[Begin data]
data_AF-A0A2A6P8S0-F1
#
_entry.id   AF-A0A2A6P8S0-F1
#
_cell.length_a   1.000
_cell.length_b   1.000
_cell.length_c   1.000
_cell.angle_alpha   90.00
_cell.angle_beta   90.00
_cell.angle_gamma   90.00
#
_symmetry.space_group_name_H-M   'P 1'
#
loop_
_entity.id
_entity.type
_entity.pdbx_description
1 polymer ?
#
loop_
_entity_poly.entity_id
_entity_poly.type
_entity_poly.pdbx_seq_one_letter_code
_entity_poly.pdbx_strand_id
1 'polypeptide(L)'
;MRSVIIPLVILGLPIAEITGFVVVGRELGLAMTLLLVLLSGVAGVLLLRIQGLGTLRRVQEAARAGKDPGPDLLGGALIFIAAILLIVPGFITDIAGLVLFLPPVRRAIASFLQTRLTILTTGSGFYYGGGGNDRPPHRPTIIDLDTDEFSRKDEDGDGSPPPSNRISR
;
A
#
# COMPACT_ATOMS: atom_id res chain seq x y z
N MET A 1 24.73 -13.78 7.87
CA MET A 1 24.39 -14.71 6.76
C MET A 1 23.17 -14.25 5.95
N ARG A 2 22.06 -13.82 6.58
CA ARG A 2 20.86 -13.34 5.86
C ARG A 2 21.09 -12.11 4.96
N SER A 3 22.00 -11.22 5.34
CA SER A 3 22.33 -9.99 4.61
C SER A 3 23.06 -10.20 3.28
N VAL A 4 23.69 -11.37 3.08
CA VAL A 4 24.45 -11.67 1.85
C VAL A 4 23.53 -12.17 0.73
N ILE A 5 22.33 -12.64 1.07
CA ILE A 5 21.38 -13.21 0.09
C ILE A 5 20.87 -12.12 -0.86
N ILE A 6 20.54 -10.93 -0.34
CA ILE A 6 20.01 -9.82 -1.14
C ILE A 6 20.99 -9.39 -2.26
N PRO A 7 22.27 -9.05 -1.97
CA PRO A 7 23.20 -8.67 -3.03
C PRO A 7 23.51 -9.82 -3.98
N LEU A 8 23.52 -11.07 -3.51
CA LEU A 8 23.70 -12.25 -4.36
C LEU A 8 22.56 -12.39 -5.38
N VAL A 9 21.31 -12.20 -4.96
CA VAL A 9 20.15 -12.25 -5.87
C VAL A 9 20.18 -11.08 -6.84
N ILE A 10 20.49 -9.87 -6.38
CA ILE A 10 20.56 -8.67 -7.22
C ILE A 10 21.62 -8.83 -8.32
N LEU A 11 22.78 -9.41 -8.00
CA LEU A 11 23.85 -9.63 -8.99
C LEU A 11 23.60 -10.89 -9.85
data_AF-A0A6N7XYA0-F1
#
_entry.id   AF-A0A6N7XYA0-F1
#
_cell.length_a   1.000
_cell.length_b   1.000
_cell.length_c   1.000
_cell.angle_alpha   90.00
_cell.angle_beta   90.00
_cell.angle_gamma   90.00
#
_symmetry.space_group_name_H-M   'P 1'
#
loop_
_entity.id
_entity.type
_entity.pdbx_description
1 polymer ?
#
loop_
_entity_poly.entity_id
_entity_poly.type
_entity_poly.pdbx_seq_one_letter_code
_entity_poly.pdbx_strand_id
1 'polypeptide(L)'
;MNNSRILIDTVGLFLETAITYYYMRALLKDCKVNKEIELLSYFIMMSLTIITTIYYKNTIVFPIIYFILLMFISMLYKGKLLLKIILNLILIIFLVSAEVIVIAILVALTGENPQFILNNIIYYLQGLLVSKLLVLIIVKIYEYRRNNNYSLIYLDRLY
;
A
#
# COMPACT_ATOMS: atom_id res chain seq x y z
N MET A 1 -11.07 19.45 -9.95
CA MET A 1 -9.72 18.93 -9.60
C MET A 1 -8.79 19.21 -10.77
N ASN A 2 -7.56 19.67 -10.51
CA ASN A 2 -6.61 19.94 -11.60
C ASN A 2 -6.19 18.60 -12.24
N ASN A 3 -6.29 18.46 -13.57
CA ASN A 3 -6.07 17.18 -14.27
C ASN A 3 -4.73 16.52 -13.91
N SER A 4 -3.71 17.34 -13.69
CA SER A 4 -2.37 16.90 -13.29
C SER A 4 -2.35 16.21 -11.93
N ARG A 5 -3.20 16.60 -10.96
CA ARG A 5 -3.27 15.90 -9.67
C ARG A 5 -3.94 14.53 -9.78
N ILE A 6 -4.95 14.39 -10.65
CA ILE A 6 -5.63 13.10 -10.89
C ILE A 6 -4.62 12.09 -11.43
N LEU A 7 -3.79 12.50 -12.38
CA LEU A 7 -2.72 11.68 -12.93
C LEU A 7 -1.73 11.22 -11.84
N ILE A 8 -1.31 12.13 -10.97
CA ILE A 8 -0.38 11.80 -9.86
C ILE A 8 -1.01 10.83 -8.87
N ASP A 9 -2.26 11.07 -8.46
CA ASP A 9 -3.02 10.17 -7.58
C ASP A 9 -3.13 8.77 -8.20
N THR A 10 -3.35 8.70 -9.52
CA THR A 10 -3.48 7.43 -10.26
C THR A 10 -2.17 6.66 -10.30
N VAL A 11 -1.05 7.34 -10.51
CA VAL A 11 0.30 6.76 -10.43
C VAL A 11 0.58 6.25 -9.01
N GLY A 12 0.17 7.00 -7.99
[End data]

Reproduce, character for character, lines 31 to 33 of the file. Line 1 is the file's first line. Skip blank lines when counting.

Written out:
N MET A 1 24.73 -13.78 7.87
CA MET A 1 24.39 -14.71 6.76
C MET A 1 23.17 -14.25 5.95